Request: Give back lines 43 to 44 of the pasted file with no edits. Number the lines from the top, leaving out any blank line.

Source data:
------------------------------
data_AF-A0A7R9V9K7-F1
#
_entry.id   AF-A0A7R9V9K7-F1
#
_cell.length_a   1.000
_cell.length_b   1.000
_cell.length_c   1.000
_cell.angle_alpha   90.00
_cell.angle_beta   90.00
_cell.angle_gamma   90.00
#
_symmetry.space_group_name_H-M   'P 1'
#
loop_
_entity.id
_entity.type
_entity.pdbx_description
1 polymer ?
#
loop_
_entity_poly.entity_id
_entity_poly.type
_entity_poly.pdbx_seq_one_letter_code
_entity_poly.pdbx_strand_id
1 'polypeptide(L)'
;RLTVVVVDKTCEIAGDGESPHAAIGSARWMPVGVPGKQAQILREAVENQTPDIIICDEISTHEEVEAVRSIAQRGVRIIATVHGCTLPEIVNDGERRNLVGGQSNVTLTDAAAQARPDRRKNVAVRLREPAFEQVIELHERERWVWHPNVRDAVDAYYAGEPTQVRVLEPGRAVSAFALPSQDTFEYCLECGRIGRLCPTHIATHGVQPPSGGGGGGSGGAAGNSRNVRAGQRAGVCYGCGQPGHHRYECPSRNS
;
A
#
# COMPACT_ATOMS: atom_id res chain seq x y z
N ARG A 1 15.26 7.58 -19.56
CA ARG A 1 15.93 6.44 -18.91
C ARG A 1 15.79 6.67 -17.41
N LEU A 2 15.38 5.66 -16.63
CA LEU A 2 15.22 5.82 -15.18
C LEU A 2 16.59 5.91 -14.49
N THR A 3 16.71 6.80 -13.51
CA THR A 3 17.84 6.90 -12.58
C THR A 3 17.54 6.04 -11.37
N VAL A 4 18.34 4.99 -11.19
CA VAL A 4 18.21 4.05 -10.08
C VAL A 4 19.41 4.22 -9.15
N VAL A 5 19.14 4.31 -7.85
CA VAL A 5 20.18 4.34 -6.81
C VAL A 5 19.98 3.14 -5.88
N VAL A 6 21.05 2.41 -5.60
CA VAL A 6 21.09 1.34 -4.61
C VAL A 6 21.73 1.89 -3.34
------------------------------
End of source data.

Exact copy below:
N VAL A 5 19.14 4.31 -7.85
CA VAL A 5 20.18 4.34 -6.81